What happens during one evaluation of a parameterset

During the optimization the optimizer creates a bunch of possible solutions which consists of the four different values for a, b, c and d. Each solution is passed to the ode-solver which integrate along the time and return the states at the time-points specified in the text-file containing the state-information. The in silico solution is compared to the measured states in order to evaluate the parameterset. The error used is the sum of the absolute differences, between in silico and measured states, divided by the number of timepoints.

During the integration the ode-solver can reach a timepoint t where no information for the parameter is measured. For instance in table 2 the timepoint 1.5 is not defined for the parameters p1, p2 and p3. In this case the parameters have to be interpolated. This is conducted using a Catmull-Rom-Spline. The parameter-vector passed to the ode-system contains already the splined parameters at timepoint t. Thus, using the table above (see Table2) the parametervector could contain for instance at timepoint t = 1.5 (p1 = 1.11, p2 = 1.99, p3 = 0.66, p4 = 0.38) (for the start-values). Due to that, the parameters passed to the ode-system are in the same order as defined in the text-files but already interpolated.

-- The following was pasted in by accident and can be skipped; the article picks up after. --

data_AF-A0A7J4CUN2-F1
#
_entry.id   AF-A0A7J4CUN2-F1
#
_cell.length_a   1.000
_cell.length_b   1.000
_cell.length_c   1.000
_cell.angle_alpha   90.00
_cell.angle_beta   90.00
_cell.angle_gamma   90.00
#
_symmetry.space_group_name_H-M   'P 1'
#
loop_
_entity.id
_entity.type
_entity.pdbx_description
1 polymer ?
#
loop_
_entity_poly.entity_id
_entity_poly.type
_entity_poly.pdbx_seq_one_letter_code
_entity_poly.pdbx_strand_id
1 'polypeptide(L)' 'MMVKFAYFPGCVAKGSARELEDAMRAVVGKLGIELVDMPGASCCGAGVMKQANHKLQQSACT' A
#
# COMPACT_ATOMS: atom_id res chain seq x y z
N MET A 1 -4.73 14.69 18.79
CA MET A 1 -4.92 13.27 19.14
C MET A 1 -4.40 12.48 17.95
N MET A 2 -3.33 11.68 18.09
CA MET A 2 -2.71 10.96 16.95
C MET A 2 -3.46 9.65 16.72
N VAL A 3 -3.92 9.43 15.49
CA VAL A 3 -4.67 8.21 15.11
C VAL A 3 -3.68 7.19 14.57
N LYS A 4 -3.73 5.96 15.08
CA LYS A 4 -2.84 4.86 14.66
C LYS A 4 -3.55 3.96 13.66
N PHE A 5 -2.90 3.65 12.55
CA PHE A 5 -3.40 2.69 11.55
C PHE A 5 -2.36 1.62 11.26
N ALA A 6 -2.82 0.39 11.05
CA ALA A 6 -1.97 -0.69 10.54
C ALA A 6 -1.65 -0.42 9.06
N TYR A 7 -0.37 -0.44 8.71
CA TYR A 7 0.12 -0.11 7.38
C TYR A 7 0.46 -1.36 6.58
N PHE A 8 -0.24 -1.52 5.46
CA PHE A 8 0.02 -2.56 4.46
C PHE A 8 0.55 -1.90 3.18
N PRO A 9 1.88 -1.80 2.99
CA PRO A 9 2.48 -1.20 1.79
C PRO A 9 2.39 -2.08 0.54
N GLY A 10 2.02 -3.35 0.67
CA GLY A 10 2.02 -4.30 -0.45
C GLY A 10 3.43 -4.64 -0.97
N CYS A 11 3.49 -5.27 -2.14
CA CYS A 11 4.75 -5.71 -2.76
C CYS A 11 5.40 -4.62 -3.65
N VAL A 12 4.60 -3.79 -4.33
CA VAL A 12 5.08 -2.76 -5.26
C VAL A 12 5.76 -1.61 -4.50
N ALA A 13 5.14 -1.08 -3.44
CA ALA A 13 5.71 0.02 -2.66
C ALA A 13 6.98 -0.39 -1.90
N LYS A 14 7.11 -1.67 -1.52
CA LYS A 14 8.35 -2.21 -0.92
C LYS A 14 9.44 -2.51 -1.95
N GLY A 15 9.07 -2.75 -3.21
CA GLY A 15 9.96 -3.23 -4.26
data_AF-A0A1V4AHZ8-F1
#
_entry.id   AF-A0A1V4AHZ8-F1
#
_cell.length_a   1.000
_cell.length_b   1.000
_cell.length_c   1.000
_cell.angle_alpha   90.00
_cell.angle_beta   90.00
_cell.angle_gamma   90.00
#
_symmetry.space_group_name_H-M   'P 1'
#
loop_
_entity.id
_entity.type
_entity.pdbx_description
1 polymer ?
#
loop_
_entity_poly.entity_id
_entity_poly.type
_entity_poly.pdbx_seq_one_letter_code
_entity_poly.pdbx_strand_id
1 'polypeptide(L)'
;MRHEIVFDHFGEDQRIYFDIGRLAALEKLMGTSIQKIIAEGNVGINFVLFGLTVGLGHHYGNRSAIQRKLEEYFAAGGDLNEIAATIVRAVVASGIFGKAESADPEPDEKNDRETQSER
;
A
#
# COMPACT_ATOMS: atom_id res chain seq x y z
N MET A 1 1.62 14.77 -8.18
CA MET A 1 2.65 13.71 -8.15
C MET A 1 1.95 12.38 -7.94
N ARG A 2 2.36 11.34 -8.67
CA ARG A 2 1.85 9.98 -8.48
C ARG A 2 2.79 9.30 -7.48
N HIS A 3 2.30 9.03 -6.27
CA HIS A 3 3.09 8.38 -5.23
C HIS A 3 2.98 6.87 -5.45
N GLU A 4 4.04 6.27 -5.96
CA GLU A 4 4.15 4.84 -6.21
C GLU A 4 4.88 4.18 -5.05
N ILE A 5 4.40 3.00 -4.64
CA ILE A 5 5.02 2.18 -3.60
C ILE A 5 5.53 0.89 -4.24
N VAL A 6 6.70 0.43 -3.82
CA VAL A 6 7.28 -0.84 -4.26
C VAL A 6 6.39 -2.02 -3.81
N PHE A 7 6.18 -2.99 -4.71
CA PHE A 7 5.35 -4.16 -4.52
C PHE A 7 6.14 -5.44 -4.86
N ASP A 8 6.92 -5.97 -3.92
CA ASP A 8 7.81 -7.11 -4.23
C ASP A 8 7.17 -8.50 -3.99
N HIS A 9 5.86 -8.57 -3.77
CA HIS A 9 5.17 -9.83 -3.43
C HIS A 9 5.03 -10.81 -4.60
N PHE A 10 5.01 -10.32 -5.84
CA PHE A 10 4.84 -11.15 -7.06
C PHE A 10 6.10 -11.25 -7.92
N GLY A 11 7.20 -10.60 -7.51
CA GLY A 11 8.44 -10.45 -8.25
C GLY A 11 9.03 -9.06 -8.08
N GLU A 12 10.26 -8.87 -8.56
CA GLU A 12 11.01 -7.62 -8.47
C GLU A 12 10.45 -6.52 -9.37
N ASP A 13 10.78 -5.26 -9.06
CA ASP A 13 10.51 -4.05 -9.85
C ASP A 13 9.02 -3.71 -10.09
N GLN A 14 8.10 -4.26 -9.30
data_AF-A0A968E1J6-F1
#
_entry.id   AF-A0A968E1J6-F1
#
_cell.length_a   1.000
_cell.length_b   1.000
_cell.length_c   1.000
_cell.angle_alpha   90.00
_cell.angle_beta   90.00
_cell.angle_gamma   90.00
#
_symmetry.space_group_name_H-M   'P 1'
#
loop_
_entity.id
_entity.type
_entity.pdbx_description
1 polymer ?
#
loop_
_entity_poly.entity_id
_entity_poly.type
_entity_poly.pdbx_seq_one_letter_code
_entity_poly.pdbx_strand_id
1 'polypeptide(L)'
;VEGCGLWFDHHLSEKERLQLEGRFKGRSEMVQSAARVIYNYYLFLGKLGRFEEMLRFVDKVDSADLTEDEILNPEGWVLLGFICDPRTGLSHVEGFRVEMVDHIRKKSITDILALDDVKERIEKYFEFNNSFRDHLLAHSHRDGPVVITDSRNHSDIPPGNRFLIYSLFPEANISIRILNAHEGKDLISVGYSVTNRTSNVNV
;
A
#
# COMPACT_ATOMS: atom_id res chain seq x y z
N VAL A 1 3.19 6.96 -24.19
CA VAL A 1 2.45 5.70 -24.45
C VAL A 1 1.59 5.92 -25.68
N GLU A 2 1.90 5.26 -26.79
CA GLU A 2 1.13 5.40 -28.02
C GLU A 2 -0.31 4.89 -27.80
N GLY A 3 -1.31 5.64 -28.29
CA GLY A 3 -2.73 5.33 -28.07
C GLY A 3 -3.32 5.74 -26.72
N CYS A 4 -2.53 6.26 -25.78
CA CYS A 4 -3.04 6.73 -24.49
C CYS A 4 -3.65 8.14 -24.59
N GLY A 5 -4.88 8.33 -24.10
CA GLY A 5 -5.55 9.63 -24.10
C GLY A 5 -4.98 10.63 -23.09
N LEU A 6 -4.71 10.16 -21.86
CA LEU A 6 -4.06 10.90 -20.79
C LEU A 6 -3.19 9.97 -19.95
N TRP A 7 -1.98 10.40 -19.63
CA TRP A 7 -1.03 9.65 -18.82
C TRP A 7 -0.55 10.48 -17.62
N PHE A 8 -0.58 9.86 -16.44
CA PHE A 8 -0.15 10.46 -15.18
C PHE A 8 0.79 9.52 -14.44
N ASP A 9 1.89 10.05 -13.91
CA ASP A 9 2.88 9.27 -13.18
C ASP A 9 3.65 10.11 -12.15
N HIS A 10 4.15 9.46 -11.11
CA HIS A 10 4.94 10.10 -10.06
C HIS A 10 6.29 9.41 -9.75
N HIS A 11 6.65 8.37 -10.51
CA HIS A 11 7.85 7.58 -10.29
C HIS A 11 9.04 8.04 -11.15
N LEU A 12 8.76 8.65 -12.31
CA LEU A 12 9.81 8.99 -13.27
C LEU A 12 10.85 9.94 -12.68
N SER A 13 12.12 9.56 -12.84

finally optimize the parameters

When you have the four textfiles defining the states, parameter start-values, lower- and upper-bounds and the ode-system you can start running the optimization.

path <- system.file("examples", package = "paropt")
#Rcpp::sourceCpp(paste(path,"/ode.cpp", sep = ""))
#if you want compile ode-system on your system (already precompiled in package)
df <- read.table(paste(path,"/states_LV.txt", sep = ""), header = TRUE)
time <- df$time
param_start <- paste(path, "/start.txt", sep = "")
param_lb <- paste(path, "/lb.txt", sep = "")
param_ub <- paste(path, "/ub.txt", sep = "")
states <- paste(path, "/states_LV.txt", sep = "")
state_output <- paste(tempdir(), "/final_stateoutput.txt", sep = "")
par_output <- paste(tempdir(), "/optimized_params.txt", sep = "")
optimizer(time, paropt:::ode_example, 1e-6, c(1e-8, 1e-8),
          param_start, param_lb, param_ub,
          states, npop = 40, ngen = 200, error = 1,
          state_output, par_output, "bdf")
df_in_silico <- read.table(paste(tempdir(), "/final_stateoutput.txt", sep = ""), header = TRUE)

The arguments for function optimizer()